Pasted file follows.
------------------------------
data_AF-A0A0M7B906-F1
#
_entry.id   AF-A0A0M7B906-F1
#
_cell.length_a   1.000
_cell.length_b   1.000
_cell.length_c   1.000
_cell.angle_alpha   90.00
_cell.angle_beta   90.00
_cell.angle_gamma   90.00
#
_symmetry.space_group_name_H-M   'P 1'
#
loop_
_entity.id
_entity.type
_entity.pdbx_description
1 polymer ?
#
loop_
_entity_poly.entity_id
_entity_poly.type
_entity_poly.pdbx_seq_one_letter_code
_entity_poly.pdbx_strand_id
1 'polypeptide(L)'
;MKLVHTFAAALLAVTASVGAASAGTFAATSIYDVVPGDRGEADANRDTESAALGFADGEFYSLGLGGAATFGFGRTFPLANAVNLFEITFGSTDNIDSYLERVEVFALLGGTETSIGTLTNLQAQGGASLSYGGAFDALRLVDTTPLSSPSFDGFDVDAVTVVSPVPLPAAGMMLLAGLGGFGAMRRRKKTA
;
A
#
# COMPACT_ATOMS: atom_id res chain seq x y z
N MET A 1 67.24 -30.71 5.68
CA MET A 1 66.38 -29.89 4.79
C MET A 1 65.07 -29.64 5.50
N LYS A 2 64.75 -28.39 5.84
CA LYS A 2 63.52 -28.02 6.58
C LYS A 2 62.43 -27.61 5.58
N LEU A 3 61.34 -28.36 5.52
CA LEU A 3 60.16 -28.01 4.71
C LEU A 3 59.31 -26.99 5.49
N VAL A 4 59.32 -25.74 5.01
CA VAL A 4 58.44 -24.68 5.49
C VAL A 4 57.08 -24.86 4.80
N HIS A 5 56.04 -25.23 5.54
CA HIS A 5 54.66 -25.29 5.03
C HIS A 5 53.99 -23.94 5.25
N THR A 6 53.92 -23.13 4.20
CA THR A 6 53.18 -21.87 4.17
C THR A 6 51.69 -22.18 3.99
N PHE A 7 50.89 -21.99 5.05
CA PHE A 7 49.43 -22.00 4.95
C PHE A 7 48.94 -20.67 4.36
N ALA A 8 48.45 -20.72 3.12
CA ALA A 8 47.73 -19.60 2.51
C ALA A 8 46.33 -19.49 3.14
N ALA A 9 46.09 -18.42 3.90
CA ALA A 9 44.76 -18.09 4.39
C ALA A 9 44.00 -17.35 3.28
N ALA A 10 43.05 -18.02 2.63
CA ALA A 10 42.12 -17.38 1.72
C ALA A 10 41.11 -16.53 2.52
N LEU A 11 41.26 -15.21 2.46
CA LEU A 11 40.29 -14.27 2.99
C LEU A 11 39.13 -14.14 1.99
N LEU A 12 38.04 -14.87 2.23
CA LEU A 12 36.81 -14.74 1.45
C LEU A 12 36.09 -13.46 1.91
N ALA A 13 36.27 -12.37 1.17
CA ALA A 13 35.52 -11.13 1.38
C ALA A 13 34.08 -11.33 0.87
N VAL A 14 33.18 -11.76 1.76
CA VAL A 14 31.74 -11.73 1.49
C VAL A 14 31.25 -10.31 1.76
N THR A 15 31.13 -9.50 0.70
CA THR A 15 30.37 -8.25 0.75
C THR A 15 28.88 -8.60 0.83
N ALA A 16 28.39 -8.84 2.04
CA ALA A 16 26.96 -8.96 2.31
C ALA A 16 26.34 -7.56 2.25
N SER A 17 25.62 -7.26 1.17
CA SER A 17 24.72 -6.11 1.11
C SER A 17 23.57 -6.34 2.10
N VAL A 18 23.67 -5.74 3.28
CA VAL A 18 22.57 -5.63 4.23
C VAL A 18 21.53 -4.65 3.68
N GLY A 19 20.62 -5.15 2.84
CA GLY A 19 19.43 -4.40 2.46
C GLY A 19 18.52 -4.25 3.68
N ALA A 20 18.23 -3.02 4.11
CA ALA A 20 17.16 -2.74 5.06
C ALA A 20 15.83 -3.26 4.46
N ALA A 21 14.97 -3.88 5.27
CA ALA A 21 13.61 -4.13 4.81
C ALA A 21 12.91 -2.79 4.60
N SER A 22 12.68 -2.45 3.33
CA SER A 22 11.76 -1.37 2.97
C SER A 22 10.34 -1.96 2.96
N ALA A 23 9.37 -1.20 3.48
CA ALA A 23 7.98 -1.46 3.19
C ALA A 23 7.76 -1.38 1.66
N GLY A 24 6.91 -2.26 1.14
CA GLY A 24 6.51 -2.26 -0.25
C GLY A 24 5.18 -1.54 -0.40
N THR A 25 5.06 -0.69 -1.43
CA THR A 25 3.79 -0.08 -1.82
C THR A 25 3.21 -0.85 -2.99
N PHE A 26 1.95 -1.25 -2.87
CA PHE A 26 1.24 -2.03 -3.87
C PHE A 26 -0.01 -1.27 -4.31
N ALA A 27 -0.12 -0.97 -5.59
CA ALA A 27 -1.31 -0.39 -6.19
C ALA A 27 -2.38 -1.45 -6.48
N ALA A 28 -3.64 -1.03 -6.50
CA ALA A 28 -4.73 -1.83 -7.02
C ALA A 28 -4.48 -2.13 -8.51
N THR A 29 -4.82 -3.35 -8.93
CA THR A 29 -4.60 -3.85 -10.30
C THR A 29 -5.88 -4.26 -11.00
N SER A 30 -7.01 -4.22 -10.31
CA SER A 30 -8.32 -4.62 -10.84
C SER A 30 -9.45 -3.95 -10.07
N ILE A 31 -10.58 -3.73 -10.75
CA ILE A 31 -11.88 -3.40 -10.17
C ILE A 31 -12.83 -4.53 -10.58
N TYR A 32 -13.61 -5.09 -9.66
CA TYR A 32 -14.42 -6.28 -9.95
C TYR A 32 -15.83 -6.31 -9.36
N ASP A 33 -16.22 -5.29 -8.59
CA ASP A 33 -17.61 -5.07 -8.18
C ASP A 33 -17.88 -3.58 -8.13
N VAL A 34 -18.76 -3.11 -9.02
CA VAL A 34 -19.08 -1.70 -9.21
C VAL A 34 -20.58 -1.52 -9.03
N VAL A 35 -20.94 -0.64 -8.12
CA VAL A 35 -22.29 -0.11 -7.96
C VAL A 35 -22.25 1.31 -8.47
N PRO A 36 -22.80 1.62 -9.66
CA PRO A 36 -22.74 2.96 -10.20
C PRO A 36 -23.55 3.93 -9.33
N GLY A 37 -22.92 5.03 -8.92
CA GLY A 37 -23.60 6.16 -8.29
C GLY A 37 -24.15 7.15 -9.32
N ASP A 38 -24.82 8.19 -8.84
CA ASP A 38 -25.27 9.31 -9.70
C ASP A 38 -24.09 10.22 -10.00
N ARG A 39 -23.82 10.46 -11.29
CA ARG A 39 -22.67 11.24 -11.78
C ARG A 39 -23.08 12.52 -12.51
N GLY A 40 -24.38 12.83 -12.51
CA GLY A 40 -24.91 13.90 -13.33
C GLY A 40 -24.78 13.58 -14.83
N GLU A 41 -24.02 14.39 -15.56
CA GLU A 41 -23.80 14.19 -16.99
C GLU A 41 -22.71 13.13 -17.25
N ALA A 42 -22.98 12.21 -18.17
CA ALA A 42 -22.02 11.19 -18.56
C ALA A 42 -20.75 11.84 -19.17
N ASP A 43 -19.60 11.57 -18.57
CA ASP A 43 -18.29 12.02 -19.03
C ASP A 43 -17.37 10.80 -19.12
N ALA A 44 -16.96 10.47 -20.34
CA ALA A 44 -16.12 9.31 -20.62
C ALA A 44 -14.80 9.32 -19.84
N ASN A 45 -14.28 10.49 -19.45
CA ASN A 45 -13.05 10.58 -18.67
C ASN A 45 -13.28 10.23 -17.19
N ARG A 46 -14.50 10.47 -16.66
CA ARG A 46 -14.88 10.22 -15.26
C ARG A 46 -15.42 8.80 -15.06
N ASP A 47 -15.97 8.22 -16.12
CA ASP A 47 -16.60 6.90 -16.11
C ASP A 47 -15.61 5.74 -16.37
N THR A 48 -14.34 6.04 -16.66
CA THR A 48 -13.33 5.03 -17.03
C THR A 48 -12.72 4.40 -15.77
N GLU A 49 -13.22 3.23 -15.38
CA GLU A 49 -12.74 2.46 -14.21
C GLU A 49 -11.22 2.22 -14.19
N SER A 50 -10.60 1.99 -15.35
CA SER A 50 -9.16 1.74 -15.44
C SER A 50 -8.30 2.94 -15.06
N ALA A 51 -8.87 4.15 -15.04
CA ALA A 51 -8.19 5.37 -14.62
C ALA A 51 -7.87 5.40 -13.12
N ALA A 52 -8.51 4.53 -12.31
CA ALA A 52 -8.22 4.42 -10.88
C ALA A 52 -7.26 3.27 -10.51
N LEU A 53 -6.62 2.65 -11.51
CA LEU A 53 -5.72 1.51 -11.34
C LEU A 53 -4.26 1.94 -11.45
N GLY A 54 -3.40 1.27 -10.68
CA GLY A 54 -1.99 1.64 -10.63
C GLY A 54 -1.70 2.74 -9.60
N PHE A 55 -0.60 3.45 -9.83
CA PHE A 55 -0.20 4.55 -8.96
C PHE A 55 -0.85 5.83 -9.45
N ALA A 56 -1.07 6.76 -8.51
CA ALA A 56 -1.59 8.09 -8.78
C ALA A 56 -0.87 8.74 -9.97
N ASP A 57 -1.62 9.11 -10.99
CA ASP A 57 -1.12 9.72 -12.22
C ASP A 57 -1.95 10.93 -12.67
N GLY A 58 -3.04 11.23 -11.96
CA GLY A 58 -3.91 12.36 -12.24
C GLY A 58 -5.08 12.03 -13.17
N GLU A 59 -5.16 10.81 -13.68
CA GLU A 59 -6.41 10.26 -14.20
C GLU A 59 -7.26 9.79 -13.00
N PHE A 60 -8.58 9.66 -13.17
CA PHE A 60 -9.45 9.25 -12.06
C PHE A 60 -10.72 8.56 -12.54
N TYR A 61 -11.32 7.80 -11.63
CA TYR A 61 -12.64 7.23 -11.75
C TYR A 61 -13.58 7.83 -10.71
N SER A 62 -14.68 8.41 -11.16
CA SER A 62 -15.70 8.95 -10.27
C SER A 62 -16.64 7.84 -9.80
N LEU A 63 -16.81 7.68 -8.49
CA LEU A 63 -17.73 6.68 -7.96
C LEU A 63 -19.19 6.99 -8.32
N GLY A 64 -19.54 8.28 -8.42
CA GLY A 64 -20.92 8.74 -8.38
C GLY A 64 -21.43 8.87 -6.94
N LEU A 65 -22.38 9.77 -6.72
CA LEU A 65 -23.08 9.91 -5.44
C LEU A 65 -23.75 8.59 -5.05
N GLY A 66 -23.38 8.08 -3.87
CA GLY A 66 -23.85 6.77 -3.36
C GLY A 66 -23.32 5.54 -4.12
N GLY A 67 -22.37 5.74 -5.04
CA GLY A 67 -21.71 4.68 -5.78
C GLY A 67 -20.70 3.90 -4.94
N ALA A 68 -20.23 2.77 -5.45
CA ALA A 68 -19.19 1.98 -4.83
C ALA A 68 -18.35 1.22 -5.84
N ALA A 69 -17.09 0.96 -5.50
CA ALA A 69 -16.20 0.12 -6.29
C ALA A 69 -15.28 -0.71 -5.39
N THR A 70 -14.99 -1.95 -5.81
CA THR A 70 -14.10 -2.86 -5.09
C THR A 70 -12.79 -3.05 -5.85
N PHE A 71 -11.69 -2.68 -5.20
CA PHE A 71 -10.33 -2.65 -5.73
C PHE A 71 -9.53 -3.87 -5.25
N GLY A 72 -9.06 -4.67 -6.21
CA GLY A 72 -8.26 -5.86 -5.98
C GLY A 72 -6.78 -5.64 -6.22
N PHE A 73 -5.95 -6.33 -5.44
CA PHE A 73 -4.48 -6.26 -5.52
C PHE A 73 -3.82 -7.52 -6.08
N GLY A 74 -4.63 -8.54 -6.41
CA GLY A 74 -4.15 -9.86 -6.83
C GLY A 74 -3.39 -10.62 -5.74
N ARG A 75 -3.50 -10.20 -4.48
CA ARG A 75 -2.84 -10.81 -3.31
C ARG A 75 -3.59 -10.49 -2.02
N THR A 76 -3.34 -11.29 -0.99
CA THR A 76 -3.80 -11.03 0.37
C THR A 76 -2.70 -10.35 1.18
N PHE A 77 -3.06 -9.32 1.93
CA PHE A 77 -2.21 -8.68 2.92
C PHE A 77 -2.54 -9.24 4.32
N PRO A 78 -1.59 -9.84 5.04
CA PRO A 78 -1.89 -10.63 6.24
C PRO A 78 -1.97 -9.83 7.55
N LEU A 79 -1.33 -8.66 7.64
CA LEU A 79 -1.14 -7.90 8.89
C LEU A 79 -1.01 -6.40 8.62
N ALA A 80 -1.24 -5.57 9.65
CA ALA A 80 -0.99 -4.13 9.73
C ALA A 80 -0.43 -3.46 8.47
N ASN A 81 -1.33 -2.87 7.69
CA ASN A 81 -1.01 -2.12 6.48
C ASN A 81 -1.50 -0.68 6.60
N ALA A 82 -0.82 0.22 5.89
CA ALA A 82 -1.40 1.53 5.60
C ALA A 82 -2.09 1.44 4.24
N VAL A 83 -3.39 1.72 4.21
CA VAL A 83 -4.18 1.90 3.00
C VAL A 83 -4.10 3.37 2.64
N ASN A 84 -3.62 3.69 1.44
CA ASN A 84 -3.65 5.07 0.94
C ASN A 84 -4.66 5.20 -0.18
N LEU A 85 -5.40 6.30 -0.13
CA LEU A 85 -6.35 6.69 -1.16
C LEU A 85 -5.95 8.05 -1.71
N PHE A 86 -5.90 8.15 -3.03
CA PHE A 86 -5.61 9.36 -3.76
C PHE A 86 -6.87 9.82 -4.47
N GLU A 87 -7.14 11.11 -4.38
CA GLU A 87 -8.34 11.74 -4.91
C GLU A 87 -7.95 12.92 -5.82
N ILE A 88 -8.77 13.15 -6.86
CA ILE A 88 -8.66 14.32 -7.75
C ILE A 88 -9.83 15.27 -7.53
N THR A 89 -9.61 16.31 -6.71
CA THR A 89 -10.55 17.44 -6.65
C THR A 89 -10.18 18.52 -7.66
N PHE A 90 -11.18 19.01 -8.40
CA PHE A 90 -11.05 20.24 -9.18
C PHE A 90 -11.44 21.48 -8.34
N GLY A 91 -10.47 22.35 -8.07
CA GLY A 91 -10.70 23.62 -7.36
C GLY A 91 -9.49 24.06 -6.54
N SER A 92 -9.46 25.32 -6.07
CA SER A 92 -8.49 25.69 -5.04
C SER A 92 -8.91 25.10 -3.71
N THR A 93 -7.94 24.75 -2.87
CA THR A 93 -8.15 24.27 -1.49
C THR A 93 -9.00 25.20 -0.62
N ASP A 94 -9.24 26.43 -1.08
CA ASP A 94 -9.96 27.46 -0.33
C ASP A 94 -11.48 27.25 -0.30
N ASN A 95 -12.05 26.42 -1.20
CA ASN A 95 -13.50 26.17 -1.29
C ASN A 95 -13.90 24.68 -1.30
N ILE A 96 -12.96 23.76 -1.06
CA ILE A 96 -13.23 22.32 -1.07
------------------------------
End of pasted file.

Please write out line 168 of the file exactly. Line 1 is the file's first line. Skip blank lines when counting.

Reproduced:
C ARG A 46 -15.42 8.80 -15.06